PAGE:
My fears whisper that if I surrender, I might get hurt. Like the kings of Babylon, I do many things, even good things in my own strength, but have not experienced the miracles Daniel did. I often wonder if miracles even still happen? I don’t want to get my hopes up, but deep down I do.

The focus of a fast is spiritual — it is not an excuse for a diet or vanity.

I have not stepped on a scale since I began the fast. Surrender and submission are often associated with weakness, but if I take God at His Word, He says in 2 Corinthians 12:9 that “My grace is sufficient for you; my power is made perfect in weakness.”

I have heard this verse, but I don’t know that I have lived this verse. I have a hunch it’s because I have not fully surrendered those areas in need of his grace and power and I have been sitting in the nosebleed section in the house of miracles.

I anticipated symptoms of withdrawal and probable failure, but to my surprise this has not been the case at all. God’s power is the reason this fast was easy. I have no other explanation for it. My willpower is less than stellar when it comes to food. Each time I drove past a Starbucks, His power kept me moving forward forgetting what was behind and moving towards a new future. When I was hungry, He gave me patience to prepare a meal and not worry that it was taking away from something more productive. Each time I smelled meat cooking or went out to eat with someone, God kept my thoughts fixed not on what I couldn’t have, but what I could have,  a second helping of Him.

I have struggled for freedom in so many areas without success and I believe God in His mercy allowed me to experienced freedom in this seemingly small way to give me confidence of His power in the other areas of my life that seem insurmountable.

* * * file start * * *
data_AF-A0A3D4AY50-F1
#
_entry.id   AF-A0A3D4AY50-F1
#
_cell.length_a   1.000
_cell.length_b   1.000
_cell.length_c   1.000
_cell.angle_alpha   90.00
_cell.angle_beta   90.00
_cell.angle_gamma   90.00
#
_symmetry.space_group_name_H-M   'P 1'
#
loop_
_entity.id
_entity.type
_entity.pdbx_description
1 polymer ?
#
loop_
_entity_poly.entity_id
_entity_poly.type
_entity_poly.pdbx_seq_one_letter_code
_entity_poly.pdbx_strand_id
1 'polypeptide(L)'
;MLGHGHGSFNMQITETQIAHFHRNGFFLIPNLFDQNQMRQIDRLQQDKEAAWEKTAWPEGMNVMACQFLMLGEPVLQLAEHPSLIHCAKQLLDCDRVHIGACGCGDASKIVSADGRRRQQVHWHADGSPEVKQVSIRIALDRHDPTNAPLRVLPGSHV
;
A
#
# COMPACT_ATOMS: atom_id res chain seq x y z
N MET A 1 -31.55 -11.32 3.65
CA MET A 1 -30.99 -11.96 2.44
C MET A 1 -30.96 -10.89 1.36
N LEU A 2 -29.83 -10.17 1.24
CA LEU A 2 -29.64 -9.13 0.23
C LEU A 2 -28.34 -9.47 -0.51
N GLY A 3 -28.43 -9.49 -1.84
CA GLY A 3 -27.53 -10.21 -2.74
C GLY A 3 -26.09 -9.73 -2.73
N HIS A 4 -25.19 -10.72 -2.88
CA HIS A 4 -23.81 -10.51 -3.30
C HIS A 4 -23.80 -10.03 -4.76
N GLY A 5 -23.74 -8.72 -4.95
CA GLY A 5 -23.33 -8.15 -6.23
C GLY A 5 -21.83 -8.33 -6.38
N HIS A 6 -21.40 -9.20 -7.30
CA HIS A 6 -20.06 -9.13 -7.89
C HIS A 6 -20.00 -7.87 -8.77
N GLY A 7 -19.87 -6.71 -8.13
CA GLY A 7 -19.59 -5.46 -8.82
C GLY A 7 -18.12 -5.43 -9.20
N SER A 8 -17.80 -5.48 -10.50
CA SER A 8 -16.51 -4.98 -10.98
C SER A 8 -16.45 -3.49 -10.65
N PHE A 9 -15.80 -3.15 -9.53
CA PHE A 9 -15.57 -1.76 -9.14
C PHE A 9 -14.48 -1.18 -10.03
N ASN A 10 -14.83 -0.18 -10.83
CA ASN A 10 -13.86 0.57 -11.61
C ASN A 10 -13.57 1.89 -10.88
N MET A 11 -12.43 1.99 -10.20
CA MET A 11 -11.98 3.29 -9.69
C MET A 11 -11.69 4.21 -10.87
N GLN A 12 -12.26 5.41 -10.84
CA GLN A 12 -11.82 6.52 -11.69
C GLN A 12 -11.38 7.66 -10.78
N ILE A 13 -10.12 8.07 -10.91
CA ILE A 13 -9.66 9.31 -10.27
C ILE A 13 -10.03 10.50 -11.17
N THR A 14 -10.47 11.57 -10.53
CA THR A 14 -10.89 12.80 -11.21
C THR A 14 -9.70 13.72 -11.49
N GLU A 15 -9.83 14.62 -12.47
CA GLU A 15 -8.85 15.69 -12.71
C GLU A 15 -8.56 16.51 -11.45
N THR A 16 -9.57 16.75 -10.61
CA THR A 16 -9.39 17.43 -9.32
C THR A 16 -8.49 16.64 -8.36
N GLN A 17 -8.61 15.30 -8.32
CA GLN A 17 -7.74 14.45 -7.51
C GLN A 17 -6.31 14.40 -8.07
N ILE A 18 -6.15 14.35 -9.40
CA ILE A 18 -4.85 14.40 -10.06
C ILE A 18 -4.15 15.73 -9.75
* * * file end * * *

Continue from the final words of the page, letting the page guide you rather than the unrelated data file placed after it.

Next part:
He is teaching me that I can change!

I can be free from anxiety, depression, financial struggles, approval addiction, unhealthy relationships — with His help and doing it His way, I can be free.

Who knew being released from these small things would have larger implications? Romans 12:2 promises us that God can transform us into a new person by changing the way we think. During my fast, my thinking shifted from believing that I could not overcome deeply ingrained habits to being set free in a very short amount of time.

This has larger implications for so many areas of my life where I have been battered and bruised or compromised my values for the approval and acceptance of others. It is easiest to blame something external, but the truth is that I don’t believe that I have loved myself in a way that has let the good in and protects from the bad.

I have come to believe my challenges with anxiety are rooted in my own self-neglect. But there is hope!

Now that I have had a taste of what it looks and feels like to care for my body, I can begin learning what it means to live out the message of Proverbs 4:23 which says “Guard your heart above all else, for it is the source of life.”

Elise BoggsElise currently teaches at Chapman (Brandman) University in the MBA and Organizational Leadership programs. She also directs her own consulting practice specializing in leadership training, team and organizational development, and career and life coaching. Connect with Elise at {eliseboggsconsulting} at {gmail} dot {com}.

[Photo: Susan L., Flickr]

5 comments on “Lessons Learned from Fasting”

  1. erin leigh says:

    love this post. as an, i don’t think i do fasting person, i think i’ll give it a try!

  2. melanie says:

    Thank you, Elise, for your vulnerability and wisdom. Such good insights and a nudge that I have needed. =)

  3. Pingback: Read Homepage
  4. Angel says:

    love this post. as an, i don’t think i do fasting person, i think i’ll give it a try!

Comments are closed.